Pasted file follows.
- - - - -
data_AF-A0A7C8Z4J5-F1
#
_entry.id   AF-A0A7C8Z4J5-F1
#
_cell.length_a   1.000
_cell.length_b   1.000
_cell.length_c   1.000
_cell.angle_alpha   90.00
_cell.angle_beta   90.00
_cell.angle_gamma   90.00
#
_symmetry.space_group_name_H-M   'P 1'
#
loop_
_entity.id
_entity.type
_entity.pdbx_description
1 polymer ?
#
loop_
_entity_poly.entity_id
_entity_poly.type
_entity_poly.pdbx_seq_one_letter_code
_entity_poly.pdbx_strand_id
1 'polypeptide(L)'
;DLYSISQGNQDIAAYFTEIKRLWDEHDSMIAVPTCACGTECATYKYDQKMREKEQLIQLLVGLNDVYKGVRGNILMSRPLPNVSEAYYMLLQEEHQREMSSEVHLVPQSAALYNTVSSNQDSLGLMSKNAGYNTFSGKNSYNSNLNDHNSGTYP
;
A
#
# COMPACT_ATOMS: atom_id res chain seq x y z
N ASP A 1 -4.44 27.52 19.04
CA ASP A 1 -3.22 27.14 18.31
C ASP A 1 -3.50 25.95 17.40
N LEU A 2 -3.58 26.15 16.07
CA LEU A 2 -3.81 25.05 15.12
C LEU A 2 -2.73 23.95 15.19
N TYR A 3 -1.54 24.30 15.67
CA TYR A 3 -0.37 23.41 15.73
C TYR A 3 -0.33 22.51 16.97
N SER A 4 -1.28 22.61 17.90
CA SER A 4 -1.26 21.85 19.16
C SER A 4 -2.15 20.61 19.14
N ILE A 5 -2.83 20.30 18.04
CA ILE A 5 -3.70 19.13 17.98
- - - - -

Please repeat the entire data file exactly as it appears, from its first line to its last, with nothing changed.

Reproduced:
data_AF-A0A7C8Z4J5-F1
#
_entry.id   AF-A0A7C8Z4J5-F1
#
_cell.length_a   1.000
_cell.length_b   1.000
_cell.length_c   1.000
_cell.angle_alpha   90.00
_cell.angle_beta   90.00
_cell.angle_gamma   90.00
#
_symmetry.space_group_name_H-M   'P 1'
#
loop_
_entity.id
_entity.type
_entity.pdbx_description
1 polymer ?
#
loop_
_entity_poly.entity_id
_entity_poly.type
_entity_poly.pdbx_seq_one_letter_code
_entity_poly.pdbx_strand_id
1 'polypeptide(L)'
;DLYSISQGNQDIAAYFTEIKRLWDEHDSMIAVPTCACGTECATYKYDQKMREKEQLIQLLVGLNDVYKGVRGNILMSRPLPNVSEAYYMLLQEEHQREMSSEVHLVPQSAALYNTVSSNQDSLGLMSKNAGYNTFSGKNSYNSNLNDHNSGTYP
;
A
#
# COMPACT_ATOMS: atom_id res chain seq x y z
N ASP A 1 -4.44 27.52 19.04
CA ASP A 1 -3.22 27.14 18.31
C ASP A 1 -3.50 25.95 17.40
N LEU A 2 -3.58 26.15 16.07
CA LEU A 2 -3.81 25.05 15.12
C LEU A 2 -2.73 23.95 15.19
N TYR A 3 -1.54 24.30 15.67
CA TYR A 3 -0.37 23.41 15.73
C TYR A 3 -0.33 22.51 16.97
N SER A 4 -1.28 22.61 17.90
CA SER A 4 -1.26 21.85 19.16
C SER A 4 -2.15 20.61 19.14
N ILE A 5 -2.83 20.30 18.04
CA ILE A 5 -3.70 19.13 17.98